9 July 2024: How will Labour forge a new relationship with Europe?

9 July 2024: How will Labour forge a new relationship with Europe?


  • The Chancellor announces new building plans
  • Can Powell rock the markets?
  • Political uncertainty remains
GBP – Market Commentary

Starmer describes the economy as being in a “bad state”

The first week of the new Labour government started with an encouraging speech from the new Chancellor of the Exchequer, Rachel Reeves, in which she announced an end to the ban on onshore wind farms and re-introduced mandatory house-building targets.

As MPs arrived in Westminster to begin their five-year terms, the Prime Minister visited Scotland, Wales and Northern Ireland, meeting with the First Ministers of the devolved assemblies.

In a speech before setting off on his whistle-stop tour of the UK, Starmer told assembled journalists that the UK economy is in a “bad state” saying his government faces a series of tough decisions to point things right that may not “always be popular”.

Starmer himself faces a tough time switching from “campaign mode” to being the country’s leader, making daily decisions that will affect people’s lives at home and overseas.

Earlier, Reeves spoke of the need to “unblock” infrastructure development projects and encourage private investment in public projects.

In their manifesto, Labour expected 2% of those with non-dom status to leave the country. In a survey conducted by a major accountancy firm, the number is expected to be closer to 50%, costing the Treasury between four and five billion pounds in lost revenue.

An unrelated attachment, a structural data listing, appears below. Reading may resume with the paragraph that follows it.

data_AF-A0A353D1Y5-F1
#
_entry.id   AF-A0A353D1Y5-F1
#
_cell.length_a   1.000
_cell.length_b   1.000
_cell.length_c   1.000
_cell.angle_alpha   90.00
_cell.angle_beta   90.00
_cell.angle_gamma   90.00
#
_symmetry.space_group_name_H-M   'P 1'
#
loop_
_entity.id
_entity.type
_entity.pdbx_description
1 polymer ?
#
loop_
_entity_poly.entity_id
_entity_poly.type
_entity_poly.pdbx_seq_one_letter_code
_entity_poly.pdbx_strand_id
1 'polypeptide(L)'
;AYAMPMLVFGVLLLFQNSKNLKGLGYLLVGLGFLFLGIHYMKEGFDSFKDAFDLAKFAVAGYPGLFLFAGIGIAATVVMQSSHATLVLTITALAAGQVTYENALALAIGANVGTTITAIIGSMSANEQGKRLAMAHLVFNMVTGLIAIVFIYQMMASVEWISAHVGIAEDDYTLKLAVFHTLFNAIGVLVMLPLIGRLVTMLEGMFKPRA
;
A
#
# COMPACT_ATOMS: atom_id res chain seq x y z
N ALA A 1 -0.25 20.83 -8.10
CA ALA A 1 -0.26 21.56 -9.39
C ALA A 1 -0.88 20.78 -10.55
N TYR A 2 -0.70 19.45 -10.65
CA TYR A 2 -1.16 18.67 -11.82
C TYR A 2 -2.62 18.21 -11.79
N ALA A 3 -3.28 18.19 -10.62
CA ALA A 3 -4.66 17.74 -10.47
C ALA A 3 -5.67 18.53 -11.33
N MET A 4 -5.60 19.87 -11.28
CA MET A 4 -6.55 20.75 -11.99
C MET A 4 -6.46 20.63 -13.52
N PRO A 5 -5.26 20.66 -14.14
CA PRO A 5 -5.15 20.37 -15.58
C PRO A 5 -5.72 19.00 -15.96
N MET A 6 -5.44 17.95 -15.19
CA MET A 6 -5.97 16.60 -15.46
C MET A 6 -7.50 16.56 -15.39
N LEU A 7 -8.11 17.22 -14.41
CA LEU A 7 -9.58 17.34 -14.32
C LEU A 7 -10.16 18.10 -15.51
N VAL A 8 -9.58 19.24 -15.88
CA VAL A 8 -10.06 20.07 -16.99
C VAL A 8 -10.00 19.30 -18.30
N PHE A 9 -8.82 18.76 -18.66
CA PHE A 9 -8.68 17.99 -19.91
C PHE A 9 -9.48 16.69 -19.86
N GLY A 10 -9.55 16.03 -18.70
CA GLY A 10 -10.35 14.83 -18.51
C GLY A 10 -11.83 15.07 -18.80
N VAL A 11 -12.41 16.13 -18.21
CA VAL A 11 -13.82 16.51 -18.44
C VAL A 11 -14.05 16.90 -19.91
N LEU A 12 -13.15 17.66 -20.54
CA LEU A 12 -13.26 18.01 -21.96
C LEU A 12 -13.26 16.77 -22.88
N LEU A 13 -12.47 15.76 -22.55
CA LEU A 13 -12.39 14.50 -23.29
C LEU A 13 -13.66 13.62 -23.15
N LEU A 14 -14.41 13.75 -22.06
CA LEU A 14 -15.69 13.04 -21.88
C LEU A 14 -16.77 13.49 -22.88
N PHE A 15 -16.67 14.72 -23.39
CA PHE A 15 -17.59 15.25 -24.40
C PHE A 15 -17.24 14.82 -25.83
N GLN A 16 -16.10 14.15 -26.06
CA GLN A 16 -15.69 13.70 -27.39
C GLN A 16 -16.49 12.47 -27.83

This may be the first hole appearing in Labour’s spending plans, or merely a blip that is made up by increased growth and increased foreign corporate investment.

The new Government is yet to detail its plans to introduce a windfall tax on energy companies. The party has ruled out issuing new exploration licences but has been vague on whether it will permit new oil and gas projects with existing licences.

The Chief Executive of the industry body, Offshore Energies UK, said the sector and investors were deeply concerned over Labour’s plans.

“These policies, if poorly managed, and without industry input, will threaten jobs and undermine the decarbonisation of the UK economy. The details matter,”

Starmer will meet with the mayors of the large conurbations today before leaving for Washington for a NATO Summit following a significant increase in the Russian bombing of major cities in Ukraine.

His position on Gaza will also be scrutinised, as he called for an immediate cease-fire and commented that a two-state solution is his goal.

The pound retreated into its familiar range yesterday. It made a low of 1.2792 and closed at 1.2802.

USD – Market Commentary

The economy is definitely slowing down

There are growing fears that the Fed may have “over-egged the pudding” in its delay in changing monetary policy to allow inflation to fall close to its 2% target.

The Central Bank has a dual mandate to both promote maximum employment and ensure stable prices. Chairman Jerome Powell has concentrated on the latter and taken his eye off the ball concerning the former.

Regional Fed Presidents have flip-flopped from dovish to hawkish and back again, changing their position to coincide with the publication of monthly employment figures.

They have insisted that they have “time on their side” but it is beginning to feel like that time has been wasted or at least used poorly.

Powell has said several times over the first half of the year that he wants the Fed to be able to make its own decisions on monetary policy and not be forced to amend interest rates due to economic conditions.

The economy created significantly fewer jobs in the second quarter than it did in the first, and GDP is expected to have been lower between April and June than it was between January and March.

The higher-for-longer interest rate environment has sent many companies reeling, as corporate bankruptcies hit a high in June. The data came during concerns about the economy having begun to slow down.

The Fed will need to begin to monitor economic activity far more closely in the second half of the year and possibly show less concern over inflation.